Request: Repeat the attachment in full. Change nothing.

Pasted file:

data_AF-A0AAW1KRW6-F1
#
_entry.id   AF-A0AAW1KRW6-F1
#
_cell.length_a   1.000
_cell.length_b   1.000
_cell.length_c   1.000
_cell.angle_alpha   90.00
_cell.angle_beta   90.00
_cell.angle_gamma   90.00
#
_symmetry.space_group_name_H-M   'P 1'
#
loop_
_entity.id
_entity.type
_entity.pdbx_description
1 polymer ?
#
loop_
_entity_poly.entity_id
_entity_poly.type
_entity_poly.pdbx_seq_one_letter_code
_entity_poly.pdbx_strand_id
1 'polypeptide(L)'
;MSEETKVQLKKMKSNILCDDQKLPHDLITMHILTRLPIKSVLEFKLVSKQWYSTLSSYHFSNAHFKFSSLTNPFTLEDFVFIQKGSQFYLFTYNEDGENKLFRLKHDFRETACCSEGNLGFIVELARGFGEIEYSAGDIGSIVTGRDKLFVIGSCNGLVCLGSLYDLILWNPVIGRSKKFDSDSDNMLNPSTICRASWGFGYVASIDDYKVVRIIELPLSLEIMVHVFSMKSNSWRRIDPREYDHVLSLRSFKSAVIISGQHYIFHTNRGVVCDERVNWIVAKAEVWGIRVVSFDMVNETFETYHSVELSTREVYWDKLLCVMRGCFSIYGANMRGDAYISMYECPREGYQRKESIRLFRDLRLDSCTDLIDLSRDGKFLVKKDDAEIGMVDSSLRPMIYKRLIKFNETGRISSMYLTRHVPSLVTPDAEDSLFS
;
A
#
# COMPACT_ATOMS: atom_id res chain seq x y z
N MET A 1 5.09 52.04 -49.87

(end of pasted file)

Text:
data_AF-A0AAW1KRW6-F1
#
_entry.id   AF-A0AAW1KRW6-F1
#
_cell.length_a   1.000
_cell.length_b   1.000
_cell.length_c   1.000
_cell.angle_alpha   90.00
_cell.angle_beta   90.00
_cell.angle_gamma   90.00
#
_symmetry.space_group_name_H-M   'P 1'
#
loop_
_entity.id
_entity.type
_entity.pdbx_description
1 polymer ?
#
loop_
_entity_poly.entity_id
_entity_poly.type
_entity_poly.pdbx_seq_one_letter_code
_entity_poly.pdbx_strand_id
1 'polypeptide(L)'
;MSEETKVQLKKMKSNILCDDQKLPHDLITMHILTRLPIKSVLEFKLVSKQWYSTLSSYHFSNAHFKFSSLTNPFTLEDFVFIQKGSQFYLFTYNEDGENKLFRLKHDFRETACCSEGNLGFIVELARGFGEIEYSAGDIGSIVTGRDKLFVIGSCNGLVCLGSLYDLILWNPVIGRSKKFDSDSDNMLNPSTICRASWGFGYVASIDDYKVVRIIELPLSLEIMVHVFSMKSNSWRRIDPREYDHVLSLRSFKSAVIISGQHYIFHTNRGVVCDERVNWIVAKAEVWGIRVVSFDMVNETFETYHSVELSTREVYWDKLLCVMRGCFSIYGANMRGDAYISMYECPREGYQRKESIRLFRDLRLDSCTDLIDLSRDGKFLVKKDDAEIGMVDSSLRPMIYKRLIKFNETGRISSMYLTRHVPSLVTPDAEDSLFS
;
A
#
# COMPACT_ATOMS: atom_id res chain seq x y z
N MET A 1 5.09 52.04 -49.87